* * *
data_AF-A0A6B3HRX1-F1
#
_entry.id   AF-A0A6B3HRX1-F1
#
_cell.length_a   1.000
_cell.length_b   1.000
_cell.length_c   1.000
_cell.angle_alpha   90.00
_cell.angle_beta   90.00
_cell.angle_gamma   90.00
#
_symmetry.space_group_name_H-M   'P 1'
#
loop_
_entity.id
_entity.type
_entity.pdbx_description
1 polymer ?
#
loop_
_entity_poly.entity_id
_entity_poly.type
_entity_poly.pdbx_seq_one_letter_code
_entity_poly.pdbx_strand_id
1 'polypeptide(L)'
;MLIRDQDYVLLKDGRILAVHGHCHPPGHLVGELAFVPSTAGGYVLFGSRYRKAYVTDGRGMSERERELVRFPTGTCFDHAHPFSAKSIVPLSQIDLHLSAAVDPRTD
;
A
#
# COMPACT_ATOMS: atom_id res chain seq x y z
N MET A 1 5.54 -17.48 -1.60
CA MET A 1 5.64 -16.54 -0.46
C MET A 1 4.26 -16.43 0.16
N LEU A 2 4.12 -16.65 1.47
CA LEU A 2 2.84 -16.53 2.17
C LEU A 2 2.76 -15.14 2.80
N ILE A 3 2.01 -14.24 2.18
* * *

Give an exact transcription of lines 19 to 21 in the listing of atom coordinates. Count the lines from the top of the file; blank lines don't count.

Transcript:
#
loop_
_entity_poly.entity_id